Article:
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Sainsbury's and Asda: Will the big four soon become three? 

Britain’s grocery sector has been embroiled in an enduring price war, as the rise of online shopping and German discounters revolutionise Britain’s retail landscape.
The "big four" grocer’s stranglehold on the market has been waning. Aldi and Lidl’s bargain-focused, no-frills, approach has resonated with many customers. Both Asda and Sainsbury’s have seen their market share suffer as a result.
US tech giant Amazon’s incursion into the UK grocery has also presented a looming threat. Some believe Amazon’s ?10.7bn takeover of  Whole Foods, supply deals with Morrison’s, and its online grocery offering through Amazon Prime and Pantry, are a precursor to a more aggressive assault on the industry.
A tie-up between Sainsbury’s and Asda, valued at ?15bn including debt, would create a grocery giant with the financial firepower and scale to mount a fight on both fronts.
Buying as a bigger group could drive down the supplier costs, freeing up money to invest in cutting prices in order to compete with the German discounters.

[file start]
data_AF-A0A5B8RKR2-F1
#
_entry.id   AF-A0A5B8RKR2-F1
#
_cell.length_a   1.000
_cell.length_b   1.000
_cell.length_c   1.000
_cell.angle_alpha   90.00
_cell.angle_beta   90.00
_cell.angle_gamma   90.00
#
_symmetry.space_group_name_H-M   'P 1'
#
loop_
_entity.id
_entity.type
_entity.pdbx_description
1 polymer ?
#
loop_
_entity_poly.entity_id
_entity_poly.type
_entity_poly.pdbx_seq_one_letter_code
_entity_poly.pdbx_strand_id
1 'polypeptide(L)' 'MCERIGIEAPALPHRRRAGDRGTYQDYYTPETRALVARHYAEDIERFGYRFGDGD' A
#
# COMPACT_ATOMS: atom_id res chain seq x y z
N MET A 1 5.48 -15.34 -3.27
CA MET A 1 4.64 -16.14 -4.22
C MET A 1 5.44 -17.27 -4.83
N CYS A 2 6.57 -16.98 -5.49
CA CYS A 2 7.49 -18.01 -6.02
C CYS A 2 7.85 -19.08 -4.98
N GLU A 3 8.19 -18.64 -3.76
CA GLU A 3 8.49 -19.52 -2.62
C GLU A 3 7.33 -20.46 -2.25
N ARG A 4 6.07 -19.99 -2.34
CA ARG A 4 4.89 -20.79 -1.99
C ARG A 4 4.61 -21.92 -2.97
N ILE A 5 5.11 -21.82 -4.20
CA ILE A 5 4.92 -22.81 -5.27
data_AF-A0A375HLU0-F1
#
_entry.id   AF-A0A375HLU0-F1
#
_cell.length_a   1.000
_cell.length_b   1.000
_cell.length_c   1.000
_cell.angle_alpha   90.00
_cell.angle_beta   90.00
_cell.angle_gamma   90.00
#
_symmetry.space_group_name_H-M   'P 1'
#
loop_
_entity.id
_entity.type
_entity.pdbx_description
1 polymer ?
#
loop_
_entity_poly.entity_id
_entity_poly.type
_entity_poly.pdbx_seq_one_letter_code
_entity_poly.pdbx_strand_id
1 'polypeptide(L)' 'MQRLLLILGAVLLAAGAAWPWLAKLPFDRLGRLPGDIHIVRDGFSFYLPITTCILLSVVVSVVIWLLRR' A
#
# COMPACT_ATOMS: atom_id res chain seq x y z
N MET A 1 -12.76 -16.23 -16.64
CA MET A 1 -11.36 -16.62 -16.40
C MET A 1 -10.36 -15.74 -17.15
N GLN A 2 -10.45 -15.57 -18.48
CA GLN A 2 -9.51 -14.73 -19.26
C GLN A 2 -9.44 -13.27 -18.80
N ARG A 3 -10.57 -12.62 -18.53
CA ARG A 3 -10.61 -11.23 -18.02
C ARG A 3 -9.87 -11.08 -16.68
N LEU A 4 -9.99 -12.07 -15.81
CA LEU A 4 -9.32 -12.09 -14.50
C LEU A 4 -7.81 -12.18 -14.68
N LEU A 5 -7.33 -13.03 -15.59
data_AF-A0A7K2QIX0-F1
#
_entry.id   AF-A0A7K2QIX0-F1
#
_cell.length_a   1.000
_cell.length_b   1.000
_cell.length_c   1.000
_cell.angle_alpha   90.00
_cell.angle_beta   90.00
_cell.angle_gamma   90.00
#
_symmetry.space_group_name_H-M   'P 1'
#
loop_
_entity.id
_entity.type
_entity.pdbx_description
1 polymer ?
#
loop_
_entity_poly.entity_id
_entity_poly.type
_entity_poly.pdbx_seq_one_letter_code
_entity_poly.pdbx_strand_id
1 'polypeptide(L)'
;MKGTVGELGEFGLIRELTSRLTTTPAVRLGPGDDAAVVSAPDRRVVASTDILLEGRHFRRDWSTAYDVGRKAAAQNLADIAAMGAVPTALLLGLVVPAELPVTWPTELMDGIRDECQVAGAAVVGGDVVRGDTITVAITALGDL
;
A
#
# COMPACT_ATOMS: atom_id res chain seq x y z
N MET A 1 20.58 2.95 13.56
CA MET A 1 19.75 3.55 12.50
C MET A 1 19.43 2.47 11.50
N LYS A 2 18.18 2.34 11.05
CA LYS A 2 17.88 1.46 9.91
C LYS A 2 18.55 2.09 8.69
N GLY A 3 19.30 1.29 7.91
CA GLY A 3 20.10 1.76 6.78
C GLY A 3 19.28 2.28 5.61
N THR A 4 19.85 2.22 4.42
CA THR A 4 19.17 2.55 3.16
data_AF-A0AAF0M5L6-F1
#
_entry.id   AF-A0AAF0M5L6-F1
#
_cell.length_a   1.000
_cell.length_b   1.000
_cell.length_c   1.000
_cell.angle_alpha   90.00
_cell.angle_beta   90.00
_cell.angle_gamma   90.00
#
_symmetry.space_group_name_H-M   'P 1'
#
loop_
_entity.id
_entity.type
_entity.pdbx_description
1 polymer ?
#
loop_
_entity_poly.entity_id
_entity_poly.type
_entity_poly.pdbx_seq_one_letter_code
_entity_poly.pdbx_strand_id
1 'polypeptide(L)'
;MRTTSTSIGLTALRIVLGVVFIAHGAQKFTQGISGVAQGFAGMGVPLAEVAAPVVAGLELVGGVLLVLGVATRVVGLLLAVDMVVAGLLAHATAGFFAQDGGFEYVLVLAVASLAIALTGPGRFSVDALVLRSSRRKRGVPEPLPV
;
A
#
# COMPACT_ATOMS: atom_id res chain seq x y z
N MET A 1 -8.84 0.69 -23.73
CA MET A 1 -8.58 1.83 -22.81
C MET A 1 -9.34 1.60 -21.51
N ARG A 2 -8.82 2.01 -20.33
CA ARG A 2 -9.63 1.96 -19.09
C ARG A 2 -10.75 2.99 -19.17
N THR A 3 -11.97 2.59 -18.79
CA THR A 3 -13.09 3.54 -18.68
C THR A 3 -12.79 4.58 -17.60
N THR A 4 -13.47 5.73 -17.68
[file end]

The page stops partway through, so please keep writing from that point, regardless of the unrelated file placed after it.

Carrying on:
Sainsbury's and Asda: Will the big four soon become three? 

Amazon's deal for Whole Foods raised prospect of a more aggressive push into UK grocery from the American tech giant

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A Whole Foods bag
Bringing together Asda’s dominance in the North, with Sainsbury’s strength in the south, would also forge a business with a huge footprint and products priced at either end of the market.
Sainsbury’s ?1.4bn takeover of Argos from Home Retail Group has helped strengthen the supermarket’s online presence, while bolstering in-store sales where Argos concessions have been introduced.